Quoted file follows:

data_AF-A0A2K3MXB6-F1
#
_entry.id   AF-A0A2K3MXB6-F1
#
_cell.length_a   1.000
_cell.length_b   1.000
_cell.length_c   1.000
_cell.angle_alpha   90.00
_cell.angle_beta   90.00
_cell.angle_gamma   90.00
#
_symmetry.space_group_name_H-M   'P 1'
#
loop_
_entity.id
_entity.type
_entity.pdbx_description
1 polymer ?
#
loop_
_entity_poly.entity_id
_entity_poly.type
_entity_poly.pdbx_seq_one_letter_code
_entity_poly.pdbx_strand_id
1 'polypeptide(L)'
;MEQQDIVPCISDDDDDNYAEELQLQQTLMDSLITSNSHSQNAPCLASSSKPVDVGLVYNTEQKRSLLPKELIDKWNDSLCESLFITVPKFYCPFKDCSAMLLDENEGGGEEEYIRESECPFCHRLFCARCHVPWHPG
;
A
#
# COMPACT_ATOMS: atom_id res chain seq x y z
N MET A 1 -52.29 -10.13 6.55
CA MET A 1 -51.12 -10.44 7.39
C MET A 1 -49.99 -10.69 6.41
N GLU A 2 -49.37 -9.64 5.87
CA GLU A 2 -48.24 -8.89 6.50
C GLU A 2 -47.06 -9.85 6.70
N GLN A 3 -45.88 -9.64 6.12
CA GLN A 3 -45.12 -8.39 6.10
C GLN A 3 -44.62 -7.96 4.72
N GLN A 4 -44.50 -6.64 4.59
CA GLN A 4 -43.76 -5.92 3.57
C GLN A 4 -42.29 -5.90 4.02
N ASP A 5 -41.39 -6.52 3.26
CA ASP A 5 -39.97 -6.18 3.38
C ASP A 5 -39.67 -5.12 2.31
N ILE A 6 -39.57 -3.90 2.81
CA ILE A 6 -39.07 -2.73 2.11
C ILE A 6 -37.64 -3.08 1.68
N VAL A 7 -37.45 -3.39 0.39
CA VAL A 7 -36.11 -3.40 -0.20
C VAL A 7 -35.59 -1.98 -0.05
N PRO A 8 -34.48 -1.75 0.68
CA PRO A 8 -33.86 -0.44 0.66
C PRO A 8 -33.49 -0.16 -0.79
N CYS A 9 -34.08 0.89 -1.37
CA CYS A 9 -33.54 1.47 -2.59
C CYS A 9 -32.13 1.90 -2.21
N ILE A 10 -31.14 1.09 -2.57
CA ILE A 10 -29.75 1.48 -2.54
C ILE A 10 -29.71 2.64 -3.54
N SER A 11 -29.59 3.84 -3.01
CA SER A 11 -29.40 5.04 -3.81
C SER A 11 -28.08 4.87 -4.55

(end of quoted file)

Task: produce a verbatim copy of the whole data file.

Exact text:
data_AF-A0A2K3MXB6-F1
#
_entry.id   AF-A0A2K3MXB6-F1
#
_cell.length_a   1.000
_cell.length_b   1.000
_cell.length_c   1.000
_cell.angle_alpha   90.00
_cell.angle_beta   90.00
_cell.angle_gamma   90.00
#
_symmetry.space_group_name_H-M   'P 1'
#
loop_
_entity.id
_entity.type
_entity.pdbx_description
1 polymer ?
#
loop_
_entity_poly.entity_id
_entity_poly.type
_entity_poly.pdbx_seq_one_letter_code
_entity_poly.pdbx_strand_id
1 'polypeptide(L)'
;MEQQDIVPCISDDDDDNYAEELQLQQTLMDSLITSNSHSQNAPCLASSSKPVDVGLVYNTEQKRSLLPKELIDKWNDSLCESLFITVPKFYCPFKDCSAMLLDENEGGGEEEYIRESECPFCHRLFCARCHVPWHPG
;
A
#
# COMPACT_ATOMS: atom_id res chain seq x y z
N MET A 1 -52.29 -10.13 6.55
CA MET A 1 -51.12 -10.44 7.39
C MET A 1 -49.99 -10.69 6.41
N GLU A 2 -49.37 -9.64 5.87
CA GLU A 2 -48.24 -8.89 6.50
C GLU A 2 -47.06 -9.85 6.70
N GLN A 3 -45.88 -9.64 6.12
CA GLN A 3 -45.12 -8.39 6.10
C GLN A 3 -44.62 -7.96 4.72
N GLN A 4 -44.50 -6.64 4.59
CA GLN A 4 -43.76 -5.92 3.57
C GLN A 4 -42.29 -5.90 4.02
N ASP A 5 -41.39 -6.52 3.26
CA ASP A 5 -39.97 -6.18 3.38
C ASP A 5 -39.67 -5.12 2.31
N ILE A 6 -39.57 -3.90 2.81
CA ILE A 6 -39.07 -2.73 2.11
C ILE A 6 -37.64 -3.08 1.68
N VAL A 7 -37.45 -3.39 0.39
CA VAL A 7 -36.11 -3.40 -0.20
C VAL A 7 -35.59 -1.98 -0.05
N PRO A 8 -34.48 -1.75 0.68
CA PRO A 8 -33.86 -0.44 0.66
C PRO A 8 -33.49 -0.16 -0.79
N CYS A 9 -34.08 0.89 -1.37
CA CYS A 9 -33.54 1.47 -2.59
C CYS A 9 -32.13 1.90 -2.21
N ILE A 10 -31.14 1.09 -2.57
CA ILE A 10 -29.75 1.48 -2.54
C ILE A 10 -29.71 2.64 -3.54
N SER A 11 -29.59 3.84 -3.01
CA SER A 11 -29.40 5.04 -3.81
C SER A 11 -28.08 4.87 -4.55